Doctors at London's Great Ormond Street Hospital have carried out a pioneering bone-marrow transplant technique.
They say the method should help with donor shortages since it does not require a perfect cell match.
Mohammed Ahmed, who is nearly five years old, was among the first three children in the world to try out the new treatment.
He has severe combined immunodeficiency syndrome and had been waiting for a suitable donor for years.
"We think Mohammed is cured of his disorder. He should be able to lead a fairly normal life now."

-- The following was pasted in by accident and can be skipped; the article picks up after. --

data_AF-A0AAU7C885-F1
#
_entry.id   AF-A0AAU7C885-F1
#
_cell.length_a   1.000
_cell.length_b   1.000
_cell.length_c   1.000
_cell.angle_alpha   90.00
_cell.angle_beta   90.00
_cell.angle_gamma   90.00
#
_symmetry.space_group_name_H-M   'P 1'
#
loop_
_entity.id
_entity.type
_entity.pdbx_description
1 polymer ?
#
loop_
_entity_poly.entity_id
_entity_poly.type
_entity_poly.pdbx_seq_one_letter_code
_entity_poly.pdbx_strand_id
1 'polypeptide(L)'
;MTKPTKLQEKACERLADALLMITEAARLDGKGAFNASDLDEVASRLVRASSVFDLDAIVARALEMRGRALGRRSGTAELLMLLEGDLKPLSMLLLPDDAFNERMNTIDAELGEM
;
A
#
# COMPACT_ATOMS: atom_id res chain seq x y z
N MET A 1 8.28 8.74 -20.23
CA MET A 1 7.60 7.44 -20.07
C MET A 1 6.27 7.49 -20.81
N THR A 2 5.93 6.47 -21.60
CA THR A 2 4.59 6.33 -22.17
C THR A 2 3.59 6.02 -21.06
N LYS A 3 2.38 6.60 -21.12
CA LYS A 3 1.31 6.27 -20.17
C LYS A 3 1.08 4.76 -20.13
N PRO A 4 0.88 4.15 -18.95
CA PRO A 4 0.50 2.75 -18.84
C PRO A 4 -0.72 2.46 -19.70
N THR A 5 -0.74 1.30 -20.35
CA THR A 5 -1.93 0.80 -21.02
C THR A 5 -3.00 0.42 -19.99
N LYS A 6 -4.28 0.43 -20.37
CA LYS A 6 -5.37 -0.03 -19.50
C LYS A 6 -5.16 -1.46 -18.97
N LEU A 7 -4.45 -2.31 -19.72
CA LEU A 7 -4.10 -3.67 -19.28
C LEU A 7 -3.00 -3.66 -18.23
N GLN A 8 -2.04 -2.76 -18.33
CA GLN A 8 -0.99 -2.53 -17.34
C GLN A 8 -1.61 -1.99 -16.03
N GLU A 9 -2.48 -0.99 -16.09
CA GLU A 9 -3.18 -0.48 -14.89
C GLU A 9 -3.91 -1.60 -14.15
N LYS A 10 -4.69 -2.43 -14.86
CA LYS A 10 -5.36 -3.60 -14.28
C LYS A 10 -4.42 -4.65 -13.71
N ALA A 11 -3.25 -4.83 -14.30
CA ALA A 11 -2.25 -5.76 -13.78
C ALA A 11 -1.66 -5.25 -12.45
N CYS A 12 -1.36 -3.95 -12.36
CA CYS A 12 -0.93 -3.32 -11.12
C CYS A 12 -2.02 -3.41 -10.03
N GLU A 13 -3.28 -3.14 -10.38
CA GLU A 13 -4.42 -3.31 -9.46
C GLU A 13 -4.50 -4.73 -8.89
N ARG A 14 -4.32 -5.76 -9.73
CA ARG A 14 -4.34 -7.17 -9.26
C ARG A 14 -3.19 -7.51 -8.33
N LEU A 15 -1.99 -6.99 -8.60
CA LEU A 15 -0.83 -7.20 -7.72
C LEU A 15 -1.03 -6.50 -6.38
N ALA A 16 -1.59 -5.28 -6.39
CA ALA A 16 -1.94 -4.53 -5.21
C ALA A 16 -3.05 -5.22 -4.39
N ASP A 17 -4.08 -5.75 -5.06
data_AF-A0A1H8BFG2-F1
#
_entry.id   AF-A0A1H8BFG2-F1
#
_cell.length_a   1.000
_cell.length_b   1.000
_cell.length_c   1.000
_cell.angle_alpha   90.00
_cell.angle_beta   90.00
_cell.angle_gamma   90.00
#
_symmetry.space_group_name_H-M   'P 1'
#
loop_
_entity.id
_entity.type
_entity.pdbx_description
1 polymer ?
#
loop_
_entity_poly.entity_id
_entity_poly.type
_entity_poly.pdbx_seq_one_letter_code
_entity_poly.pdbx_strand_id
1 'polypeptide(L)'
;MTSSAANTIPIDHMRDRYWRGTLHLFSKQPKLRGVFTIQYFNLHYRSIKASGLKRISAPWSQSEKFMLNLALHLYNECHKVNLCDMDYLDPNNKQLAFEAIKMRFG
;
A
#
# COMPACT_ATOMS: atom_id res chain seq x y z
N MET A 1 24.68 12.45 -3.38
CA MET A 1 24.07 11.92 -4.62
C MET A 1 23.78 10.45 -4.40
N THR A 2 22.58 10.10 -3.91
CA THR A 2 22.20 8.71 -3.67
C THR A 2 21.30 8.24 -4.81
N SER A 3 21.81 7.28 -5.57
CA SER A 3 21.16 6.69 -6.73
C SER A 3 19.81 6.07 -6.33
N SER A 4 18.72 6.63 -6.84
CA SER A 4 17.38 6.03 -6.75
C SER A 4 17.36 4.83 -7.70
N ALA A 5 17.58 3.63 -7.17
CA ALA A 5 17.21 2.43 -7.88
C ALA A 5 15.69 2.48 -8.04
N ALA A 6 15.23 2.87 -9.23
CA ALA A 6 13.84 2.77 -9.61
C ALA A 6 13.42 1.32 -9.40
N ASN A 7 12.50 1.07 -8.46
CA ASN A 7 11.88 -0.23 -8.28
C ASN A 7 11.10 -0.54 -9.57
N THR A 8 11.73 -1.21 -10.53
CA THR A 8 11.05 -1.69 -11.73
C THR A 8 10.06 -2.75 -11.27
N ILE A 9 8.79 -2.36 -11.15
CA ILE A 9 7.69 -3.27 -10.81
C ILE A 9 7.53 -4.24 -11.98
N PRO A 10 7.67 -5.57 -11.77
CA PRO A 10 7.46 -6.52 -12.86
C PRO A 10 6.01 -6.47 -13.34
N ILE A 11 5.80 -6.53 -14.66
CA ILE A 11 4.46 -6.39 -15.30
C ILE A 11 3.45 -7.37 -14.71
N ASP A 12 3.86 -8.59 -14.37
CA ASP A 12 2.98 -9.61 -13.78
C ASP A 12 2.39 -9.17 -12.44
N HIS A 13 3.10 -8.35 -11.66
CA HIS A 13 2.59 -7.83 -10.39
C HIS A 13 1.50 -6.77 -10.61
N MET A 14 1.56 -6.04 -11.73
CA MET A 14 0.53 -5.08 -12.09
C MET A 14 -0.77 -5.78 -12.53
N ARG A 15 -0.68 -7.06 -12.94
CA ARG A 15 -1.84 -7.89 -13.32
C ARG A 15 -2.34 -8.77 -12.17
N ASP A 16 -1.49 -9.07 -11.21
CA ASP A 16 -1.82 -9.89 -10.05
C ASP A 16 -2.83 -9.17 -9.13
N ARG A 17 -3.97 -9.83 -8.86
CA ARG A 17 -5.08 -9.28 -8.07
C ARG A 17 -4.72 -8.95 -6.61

A full report about Mohammed's therapy and the research by Great Ormond Street Hospital, King's College London and the Institute of Child Health has just been published in PLoS One journal.
There are currently about 1,600 people in the UK waiting for a bone-marrow transplant and 37,000 worldwide.
Just 30% of people will find a matching donor from within their families.
Donations involve collecting blood from a vein or aspirating bone marrow from the pelvis using a needle and syringe.
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